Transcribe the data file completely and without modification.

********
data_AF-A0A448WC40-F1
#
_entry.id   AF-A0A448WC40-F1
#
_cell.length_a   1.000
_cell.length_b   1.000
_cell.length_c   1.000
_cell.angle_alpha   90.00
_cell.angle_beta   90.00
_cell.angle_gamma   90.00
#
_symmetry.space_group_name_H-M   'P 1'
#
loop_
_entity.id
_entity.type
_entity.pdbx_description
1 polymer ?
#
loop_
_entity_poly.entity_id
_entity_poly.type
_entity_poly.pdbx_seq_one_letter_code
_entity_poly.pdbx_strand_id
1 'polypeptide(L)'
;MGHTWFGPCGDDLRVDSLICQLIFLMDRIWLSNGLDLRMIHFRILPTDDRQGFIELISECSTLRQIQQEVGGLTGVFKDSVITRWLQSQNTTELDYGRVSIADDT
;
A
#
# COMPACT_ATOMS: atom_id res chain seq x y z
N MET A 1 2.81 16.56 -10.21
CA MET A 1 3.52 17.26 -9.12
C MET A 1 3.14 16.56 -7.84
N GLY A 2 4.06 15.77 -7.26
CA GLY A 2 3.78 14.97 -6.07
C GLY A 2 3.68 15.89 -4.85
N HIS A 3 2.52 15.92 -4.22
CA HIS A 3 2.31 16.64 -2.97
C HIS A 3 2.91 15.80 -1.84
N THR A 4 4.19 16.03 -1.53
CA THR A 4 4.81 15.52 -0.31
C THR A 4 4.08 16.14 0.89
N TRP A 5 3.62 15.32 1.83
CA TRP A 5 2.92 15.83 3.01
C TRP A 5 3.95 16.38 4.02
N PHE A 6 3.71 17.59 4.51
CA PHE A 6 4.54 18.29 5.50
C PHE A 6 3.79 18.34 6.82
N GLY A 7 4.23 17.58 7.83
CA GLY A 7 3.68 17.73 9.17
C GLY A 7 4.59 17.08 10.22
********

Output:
data_AF-A0A448WC40-F1
#
_entry.id   AF-A0A448WC40-F1
#
_cell.length_a   1.000
_cell.length_b   1.000
_cell.length_c   1.000
_cell.angle_alpha   90.00
_cell.angle_beta   90.00
_cell.angle_gamma   90.00
#
_symmetry.space_group_name_H-M   'P 1'
#
loop_
_entity.id
_entity.type
_entity.pdbx_description
1 polymer ?
#
loop_
_entity_poly.entity_id
_entity_poly.type
_entity_poly.pdbx_seq_one_letter_code
_entity_poly.pdbx_strand_id
1 'polypeptide(L)'
;MGHTWFGPCGDDLRVDSLICQLIFLMDRIWLSNGLDLRMIHFRILPTDDRQGFIELISECSTLRQIQQEVGGLTGVFKDSVITRWLQSQNTTELDYGRVSIADDT
;
A
#
# COMPACT_ATOMS: atom_id res chain seq x y z
N MET A 1 2.81 16.56 -10.21
CA MET A 1 3.52 17.26 -9.12
C MET A 1 3.14 16.56 -7.84
N GLY A 2 4.06 15.77 -7.26
CA GLY A 2 3.78 14.97 -6.07
C GLY A 2 3.68 15.89 -4.85
N HIS A 3 2.52 15.92 -4.22
CA HIS A 3 2.31 16.64 -2.97
C HIS A 3 2.91 15.80 -1.84
N THR A 4 4.19 16.03 -1.53
CA THR A 4 4.81 15.52 -0.31
C THR A 4 4.08 16.14 0.89
N TRP A 5 3.62 15.32 1.83
CA TRP A 5 2.92 15.83 3.01
C TRP A 5 3.95 16.38 4.02
N PHE A 6 3.71 17.59 4.51
CA PHE A 6 4.54 18.29 5.50
C PHE A 6 3.79 18.34 6.82
N GLY A 7 4.23 17.58 7.83
CA GLY A 7 3.68 17.73 9.17
C GLY A 7 4.59 17.08 10.22